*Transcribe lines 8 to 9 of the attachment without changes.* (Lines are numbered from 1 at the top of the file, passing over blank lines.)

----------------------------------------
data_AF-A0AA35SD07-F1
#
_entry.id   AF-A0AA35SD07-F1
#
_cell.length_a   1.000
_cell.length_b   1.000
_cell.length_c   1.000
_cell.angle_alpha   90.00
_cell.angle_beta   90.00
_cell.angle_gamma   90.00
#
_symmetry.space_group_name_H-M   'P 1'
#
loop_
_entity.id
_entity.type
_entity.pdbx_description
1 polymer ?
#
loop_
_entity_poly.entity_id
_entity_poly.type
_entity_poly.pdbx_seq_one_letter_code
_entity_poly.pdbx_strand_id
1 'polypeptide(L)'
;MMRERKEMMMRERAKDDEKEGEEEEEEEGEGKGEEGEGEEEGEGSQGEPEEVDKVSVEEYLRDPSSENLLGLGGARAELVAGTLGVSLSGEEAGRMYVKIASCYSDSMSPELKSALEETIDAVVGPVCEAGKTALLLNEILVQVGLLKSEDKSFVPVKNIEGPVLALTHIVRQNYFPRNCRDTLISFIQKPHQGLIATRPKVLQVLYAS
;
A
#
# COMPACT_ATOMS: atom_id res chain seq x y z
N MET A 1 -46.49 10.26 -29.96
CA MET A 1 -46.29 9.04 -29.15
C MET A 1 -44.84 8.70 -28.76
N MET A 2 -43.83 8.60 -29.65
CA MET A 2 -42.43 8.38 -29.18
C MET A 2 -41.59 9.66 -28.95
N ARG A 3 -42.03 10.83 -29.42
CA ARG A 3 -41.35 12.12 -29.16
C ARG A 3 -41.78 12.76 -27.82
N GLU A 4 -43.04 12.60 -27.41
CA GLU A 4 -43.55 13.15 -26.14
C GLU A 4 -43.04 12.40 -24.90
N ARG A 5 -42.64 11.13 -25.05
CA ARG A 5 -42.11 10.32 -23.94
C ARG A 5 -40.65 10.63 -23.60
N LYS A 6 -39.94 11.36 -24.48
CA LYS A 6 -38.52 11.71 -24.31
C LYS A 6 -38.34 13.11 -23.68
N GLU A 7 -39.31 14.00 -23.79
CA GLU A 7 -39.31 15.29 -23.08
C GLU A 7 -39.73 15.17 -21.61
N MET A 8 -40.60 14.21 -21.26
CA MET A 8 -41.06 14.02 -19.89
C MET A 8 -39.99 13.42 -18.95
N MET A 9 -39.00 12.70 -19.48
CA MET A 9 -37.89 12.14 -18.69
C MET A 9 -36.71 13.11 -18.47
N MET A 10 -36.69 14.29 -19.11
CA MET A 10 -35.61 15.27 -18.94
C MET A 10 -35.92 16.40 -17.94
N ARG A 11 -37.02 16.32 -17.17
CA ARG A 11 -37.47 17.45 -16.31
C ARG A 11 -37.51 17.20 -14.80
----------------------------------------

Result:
_cell.angle_alpha   90.00
_cell.angle_beta   90.00